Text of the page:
Flickr is one of the best online photo sharing sites but it is clumsy identifying relationships for who should have access to photos.
This is an example of the difference between an Enterprise and personal security product. Enterprise level products take into account the organizational needs to protect data while personal products rely on a single individual being responsible. With the well known issue of people forgetting their passwords it is asking for trouble providing people with a means to put their most valuable data at risk without proper safeguards.
Mark Hachman – ExtremeTech and Natali Del Conte – PC Magazine Fri Jul 14, 1:30 PM ET
If you’ve heard of Microsoft Private Folder 1.0, forget it. As of 2:30 p.m. Pacific Time on Friday, it no longer exists.
Microsoft quietly added the free encryption utility earlier this month, and then just as quietly deleted it. The utility allowed users to encrypt and store files inside a private folder.
“Private Folder 1.0 was designed as a benefit for customers running genuine Windows,” a Microsoft spokesperson said in a statement. “However, we received feedback about concerns around manageability, data recovery and encryption, and based on that feedback we are removing the application.”
While it lasted, the software created a “My Private Folder” on a user’s desktop by installing a Private Folder Service. Inside the folder, files were apparently encrypted and locked with a password.
The problem was that the password assigned to the folder was binding so losing or forgetting it locked users out of their data permanently.
“There are lots of passwords out there and with this, if you forget it then there was no way to get back into it,” said the Microsoft spokesperson.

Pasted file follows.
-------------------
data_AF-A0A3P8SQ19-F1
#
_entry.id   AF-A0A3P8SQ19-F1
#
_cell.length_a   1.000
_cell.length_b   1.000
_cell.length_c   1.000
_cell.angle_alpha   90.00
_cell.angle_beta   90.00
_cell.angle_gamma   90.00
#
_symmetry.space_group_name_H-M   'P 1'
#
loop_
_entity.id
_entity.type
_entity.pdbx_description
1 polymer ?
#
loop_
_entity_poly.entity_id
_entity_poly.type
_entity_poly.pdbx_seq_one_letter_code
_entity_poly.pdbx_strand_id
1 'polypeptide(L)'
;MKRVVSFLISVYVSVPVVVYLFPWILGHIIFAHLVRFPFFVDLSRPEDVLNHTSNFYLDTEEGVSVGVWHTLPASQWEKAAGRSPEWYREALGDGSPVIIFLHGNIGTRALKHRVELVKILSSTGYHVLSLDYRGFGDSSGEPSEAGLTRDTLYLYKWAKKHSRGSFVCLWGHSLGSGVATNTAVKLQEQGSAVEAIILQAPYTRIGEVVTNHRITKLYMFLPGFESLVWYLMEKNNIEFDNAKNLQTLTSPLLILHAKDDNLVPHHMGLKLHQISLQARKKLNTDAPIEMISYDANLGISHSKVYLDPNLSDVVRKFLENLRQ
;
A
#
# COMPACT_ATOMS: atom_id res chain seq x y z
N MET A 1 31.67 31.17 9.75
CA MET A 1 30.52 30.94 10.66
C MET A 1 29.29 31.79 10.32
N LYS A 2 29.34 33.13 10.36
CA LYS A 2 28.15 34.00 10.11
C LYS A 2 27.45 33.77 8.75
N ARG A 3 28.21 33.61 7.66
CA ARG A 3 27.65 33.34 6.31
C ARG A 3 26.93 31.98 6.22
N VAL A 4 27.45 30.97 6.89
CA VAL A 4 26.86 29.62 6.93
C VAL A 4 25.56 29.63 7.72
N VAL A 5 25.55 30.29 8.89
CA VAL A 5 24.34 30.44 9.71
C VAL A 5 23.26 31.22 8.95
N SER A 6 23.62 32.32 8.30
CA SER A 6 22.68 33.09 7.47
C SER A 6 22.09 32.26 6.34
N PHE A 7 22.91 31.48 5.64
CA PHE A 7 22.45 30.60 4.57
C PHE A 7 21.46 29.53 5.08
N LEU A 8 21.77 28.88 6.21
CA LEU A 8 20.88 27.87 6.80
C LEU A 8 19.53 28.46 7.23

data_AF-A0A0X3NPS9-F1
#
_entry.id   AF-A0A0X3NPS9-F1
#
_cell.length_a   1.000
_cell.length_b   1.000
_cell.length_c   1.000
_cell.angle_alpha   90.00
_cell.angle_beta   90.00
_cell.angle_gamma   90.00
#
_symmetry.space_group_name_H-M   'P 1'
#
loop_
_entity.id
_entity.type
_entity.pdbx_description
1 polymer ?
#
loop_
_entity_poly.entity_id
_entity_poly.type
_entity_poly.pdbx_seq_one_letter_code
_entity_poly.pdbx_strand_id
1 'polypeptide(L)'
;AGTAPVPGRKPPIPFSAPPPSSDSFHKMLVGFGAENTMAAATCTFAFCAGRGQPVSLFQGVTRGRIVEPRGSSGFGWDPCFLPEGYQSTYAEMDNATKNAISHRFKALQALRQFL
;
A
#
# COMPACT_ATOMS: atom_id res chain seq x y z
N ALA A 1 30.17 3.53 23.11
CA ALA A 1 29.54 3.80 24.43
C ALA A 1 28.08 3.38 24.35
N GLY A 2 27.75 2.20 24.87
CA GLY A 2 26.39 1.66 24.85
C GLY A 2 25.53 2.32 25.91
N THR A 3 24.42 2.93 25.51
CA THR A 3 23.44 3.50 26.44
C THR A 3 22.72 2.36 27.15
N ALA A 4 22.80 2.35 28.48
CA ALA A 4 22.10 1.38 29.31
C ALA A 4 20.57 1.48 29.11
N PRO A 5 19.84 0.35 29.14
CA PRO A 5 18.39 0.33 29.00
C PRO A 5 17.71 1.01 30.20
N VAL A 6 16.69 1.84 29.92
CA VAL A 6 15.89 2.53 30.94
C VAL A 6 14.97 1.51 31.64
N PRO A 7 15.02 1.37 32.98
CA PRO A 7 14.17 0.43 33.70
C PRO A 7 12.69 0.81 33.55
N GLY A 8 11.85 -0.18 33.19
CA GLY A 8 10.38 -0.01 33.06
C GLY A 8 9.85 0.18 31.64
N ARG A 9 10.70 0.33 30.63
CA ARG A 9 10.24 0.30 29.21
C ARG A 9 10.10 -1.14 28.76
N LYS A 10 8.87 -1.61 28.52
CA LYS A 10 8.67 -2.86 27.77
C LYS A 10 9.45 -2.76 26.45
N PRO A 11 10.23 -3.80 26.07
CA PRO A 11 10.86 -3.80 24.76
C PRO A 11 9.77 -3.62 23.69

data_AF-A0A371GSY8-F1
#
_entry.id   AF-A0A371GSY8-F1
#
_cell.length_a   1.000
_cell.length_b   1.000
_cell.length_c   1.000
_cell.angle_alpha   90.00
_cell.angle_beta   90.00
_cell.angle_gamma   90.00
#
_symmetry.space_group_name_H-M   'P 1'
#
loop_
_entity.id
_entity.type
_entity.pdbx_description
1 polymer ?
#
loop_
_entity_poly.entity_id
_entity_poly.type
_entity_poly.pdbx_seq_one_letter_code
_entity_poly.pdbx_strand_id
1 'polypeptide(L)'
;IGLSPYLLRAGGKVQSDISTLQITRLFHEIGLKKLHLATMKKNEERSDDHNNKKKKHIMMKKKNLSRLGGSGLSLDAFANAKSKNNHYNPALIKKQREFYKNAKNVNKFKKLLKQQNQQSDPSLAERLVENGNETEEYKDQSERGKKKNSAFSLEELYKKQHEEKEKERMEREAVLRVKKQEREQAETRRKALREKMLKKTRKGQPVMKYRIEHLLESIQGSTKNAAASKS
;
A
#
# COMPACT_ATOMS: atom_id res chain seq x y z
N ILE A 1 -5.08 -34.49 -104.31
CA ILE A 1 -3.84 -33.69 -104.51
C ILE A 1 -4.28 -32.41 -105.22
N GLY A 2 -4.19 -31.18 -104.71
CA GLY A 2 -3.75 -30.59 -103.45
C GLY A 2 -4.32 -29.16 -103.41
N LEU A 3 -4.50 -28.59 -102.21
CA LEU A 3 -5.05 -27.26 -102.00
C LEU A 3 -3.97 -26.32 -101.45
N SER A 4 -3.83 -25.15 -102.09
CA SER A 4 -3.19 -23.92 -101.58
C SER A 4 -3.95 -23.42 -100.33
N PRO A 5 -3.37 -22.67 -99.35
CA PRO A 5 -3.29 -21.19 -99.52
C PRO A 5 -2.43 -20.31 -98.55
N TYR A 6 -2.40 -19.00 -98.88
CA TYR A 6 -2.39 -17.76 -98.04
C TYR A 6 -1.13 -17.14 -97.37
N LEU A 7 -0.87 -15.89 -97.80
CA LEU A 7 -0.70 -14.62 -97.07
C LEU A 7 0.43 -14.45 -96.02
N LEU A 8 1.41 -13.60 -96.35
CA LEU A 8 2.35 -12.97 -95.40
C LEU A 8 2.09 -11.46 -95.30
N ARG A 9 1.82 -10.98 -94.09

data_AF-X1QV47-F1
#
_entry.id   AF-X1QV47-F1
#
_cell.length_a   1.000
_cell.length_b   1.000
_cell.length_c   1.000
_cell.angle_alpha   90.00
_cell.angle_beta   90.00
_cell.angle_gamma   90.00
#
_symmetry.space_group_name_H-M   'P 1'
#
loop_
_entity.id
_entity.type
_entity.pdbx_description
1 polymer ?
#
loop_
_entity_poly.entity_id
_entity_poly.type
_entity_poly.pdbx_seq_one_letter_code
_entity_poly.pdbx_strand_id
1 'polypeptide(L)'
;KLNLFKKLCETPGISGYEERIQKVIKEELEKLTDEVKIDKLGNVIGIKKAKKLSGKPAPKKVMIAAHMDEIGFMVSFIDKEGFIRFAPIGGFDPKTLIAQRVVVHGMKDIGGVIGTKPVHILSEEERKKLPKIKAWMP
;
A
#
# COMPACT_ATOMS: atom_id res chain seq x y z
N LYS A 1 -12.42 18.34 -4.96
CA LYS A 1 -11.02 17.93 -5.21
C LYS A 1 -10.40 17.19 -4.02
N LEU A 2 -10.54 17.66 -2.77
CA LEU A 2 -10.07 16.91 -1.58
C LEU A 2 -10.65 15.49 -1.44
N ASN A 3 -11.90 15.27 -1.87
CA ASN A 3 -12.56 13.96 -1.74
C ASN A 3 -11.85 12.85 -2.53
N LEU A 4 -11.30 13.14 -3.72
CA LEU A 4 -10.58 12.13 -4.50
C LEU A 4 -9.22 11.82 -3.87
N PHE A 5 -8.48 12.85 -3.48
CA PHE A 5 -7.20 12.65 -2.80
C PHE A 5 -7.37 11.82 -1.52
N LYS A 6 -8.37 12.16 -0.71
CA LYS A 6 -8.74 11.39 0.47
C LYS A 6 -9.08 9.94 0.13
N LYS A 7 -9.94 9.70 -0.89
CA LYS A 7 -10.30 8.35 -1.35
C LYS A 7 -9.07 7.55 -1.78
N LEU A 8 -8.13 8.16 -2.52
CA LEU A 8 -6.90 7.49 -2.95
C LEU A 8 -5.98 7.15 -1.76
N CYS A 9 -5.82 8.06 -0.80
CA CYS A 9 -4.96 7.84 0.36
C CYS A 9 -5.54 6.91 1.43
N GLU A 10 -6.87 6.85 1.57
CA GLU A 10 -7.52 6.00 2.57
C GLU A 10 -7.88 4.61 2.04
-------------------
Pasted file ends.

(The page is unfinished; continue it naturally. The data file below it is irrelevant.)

One of the issues that also puzzled consumers was that the feature was remarkably similar to an existing option, where consumers could right-click a folder and select a “Sharing and Security” option. That allowed a user to manually add a password to a folder and protect users from using it.
Microsoft said that the utility was designed as an “extra” or reward for installing the WGA service. Other extras included Windows Defender, an anti-spyware services, which also requires installation of the WGA service.
Microsoft has no plans to fix or rethink the concerns that caused them to scrap the program, the spokeswoman said. The company is simply removing the application with no plans to re-release at a future date.
[Editor’s Note: The following was written when Private Folder was live.] I was afraid it would be just a pretty user interface for one of the many folder-encryption possibilities already present in Windows. It’s more than that – it runs a service in the background to allow encryption/decryption, and it pushes you to use a strong password. Looks like you can’t change the password ex post facto, so make it good. I’m not terribly impressed.
Right after I installed the Private Folder service my system slowed to a crawl, with over 90% of CPU usage devoted to svchost.exe (meaning *some* service was hogging the CPU). And when I uninstalled it, the CPU-hogging stopped. Coincidence? — Neil Rubenking